Extensive hydro pole damage keeping Interlake residents powerless
Despite significant damage, Hydro spokesperson said power should be restored within 7 to 10 days
It's creeping up on a week without power, heat or water inside Cory Johnson's house located outside Ashern, Man., and his family of six is concerned that with the extensive damage to the hydro infrastructure in the community, the lights won't be on as quickly as estimated.
"We're all sleeping in one room at this point because it's hard to heat an entire house," Johnson said. "We have to go get water usually every two days, we go to Ashern to get water and fuel."
Heavy snow and winds pounded Manitoba last Thursday and Friday leaving thousands in the dark. On Sunday, Premier Brian Pallister called a state of emergency following the snowstorm.
Since that time, front-line Manitoba Hydro workers have been scheduled to work without any days off to get power restored to the areas affected within seven to 10 days, but even then, there is worry that the damage may be too much to fix so quickly.
"We've been telling people to prepare to be in it for a long time," said Arnthor Jonasson, the Reeve of the RM of West Interlake.
Jonasson oversees Ashern and Eriksdale, both towns that have hundreds of homes still in the dark, as they've suffered significant damage to their hydro infrastructure.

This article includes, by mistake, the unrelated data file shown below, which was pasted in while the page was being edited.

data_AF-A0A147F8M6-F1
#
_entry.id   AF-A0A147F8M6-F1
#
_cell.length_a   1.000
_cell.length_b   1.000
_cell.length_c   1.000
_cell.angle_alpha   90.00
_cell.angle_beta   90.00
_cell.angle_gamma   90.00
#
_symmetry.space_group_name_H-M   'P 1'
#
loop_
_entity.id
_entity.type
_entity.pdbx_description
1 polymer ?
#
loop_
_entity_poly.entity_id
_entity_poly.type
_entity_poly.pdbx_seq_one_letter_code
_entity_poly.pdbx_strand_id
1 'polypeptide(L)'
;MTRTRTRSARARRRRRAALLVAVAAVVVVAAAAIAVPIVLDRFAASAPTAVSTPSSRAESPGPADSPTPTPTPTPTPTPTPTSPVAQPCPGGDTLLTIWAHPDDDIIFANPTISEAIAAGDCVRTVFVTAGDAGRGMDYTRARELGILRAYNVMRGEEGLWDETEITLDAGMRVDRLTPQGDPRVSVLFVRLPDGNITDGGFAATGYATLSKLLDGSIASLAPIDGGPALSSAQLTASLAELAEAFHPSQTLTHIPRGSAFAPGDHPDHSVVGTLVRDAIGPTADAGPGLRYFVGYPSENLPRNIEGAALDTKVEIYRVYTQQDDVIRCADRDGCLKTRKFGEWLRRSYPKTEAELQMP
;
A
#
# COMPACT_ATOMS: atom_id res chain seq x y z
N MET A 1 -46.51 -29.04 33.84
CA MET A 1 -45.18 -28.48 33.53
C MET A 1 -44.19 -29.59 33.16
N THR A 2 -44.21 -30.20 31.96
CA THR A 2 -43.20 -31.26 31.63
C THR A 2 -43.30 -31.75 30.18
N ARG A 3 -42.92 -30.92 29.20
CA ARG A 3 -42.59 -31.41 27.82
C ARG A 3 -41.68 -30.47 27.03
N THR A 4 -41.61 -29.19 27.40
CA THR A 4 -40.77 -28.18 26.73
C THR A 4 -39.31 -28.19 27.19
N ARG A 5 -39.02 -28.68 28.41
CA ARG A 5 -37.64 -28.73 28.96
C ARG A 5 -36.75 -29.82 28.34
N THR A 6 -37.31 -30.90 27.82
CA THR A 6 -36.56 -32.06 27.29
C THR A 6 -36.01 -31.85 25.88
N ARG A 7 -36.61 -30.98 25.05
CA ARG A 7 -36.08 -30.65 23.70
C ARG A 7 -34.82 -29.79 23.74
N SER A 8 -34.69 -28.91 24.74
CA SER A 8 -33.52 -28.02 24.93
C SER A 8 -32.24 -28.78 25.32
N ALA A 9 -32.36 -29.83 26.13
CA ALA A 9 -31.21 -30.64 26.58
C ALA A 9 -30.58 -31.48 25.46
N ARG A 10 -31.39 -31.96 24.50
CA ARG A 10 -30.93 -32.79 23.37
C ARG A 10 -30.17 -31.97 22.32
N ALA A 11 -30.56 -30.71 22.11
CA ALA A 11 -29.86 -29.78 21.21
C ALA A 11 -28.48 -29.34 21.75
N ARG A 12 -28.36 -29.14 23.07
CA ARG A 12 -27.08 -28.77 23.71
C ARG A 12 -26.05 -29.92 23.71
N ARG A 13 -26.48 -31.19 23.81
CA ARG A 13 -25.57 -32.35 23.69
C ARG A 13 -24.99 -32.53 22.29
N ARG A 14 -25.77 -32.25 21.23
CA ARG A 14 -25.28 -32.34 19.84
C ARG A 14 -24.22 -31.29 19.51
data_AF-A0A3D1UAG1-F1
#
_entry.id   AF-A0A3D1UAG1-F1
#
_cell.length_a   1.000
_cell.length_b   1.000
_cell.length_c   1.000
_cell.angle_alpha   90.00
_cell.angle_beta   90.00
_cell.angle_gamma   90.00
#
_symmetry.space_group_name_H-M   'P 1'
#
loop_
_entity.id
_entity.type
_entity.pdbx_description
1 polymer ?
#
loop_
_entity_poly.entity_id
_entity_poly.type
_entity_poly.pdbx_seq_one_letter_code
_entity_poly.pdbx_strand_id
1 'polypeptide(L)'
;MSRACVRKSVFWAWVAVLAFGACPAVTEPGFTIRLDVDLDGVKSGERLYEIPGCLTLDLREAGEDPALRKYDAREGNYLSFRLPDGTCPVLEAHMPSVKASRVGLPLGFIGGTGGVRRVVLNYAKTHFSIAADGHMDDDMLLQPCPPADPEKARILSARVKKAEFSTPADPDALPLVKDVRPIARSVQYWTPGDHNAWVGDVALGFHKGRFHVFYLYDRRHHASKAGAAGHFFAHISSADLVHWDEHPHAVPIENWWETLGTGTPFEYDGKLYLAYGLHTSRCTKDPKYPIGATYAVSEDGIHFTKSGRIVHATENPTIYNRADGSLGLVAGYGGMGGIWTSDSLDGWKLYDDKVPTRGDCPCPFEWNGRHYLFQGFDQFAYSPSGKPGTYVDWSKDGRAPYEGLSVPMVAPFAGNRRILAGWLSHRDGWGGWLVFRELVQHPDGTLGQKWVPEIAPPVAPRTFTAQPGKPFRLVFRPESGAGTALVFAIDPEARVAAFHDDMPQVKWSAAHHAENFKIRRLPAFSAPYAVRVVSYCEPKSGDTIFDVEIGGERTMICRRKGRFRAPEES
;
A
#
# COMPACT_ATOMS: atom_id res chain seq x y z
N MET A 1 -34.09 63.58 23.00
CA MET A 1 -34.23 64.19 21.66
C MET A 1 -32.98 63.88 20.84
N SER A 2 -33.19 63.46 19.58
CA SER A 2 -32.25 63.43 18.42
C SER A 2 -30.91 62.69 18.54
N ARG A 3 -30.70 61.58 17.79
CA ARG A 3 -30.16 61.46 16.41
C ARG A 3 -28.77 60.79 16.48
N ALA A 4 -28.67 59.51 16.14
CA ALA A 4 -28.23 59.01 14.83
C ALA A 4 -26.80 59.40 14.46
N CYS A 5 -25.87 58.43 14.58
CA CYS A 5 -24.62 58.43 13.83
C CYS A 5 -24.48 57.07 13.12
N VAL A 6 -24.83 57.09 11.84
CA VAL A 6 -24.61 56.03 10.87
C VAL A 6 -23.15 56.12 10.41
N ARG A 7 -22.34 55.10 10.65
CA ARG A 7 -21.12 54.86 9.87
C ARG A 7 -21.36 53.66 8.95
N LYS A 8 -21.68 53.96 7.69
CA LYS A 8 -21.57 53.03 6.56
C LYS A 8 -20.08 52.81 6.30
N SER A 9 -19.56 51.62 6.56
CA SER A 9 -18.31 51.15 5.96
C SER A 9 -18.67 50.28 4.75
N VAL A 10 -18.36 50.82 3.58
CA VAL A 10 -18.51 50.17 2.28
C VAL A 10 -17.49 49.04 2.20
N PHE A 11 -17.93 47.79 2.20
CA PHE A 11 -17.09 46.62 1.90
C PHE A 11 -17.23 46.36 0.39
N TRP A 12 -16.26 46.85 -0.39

"There's power out to over a thousand residents...hospitals that in the towns don't have power," he said.
As of late Tuesday afternoon, 1,057 were still without power, but Hydro spokesperson, Bruce Owen said the original timeline of seven to 10 days is still on target, if the weather co-operates.
"There are people in the area, there are people there, and there are people coming...we're redeploying a lot of resources to that area," said Owen.
Manitoba Hydro is estimating the damage in the Interlake area at 1,391 wood poles broken, significant cross-arm damage and at least 38 transmission towers down. There are about 3,000 poles down in the province because of the storm.
"They should be expecting a large response, we've got many different camps set up in St. Martin, Lundar and we're on top of it," he said.
In Lundar, there are multiple camps being set up to accommodate 150 hydro workers, while in St. Martin a single camp of 100 is being set up. Owen said the decision to set up camps as opposed to living in hotels allows for those in need to use them instead.
Owen says fixing those wood poles is a high priority, as they're the link to Northern Manitoba, and getting them up and running will ensure power is restored to First Nations as well.
Jonasson said some of the people in the area were reasonably prepared to deal with the power outages as they stocked up on food and had backup generators on hand. But even those relying on generators to get by are having to decide between necessities.
In his home, Cory Johnson has a 4,000 watt generator running around the clock and it's allowed him to hook up a couple of heaters and keep the fridge on, but no power in the area has led him to close the doors on his auto repair shop, Silver Bay Auto, for the time being.
"It's a tough, tough choice...[right now] we do operate on what the kids tell us if they're cold or not, we're trying our best," said Johnson.
"You try your hardest not to show the stress as much around your family, of course, but it's financially a little bit harder, but, what can I do do at this point?" he said.
While stress and concern are evident, Johnson is still showing kindness to his neighbours by ensuring they've got their needs covered, too.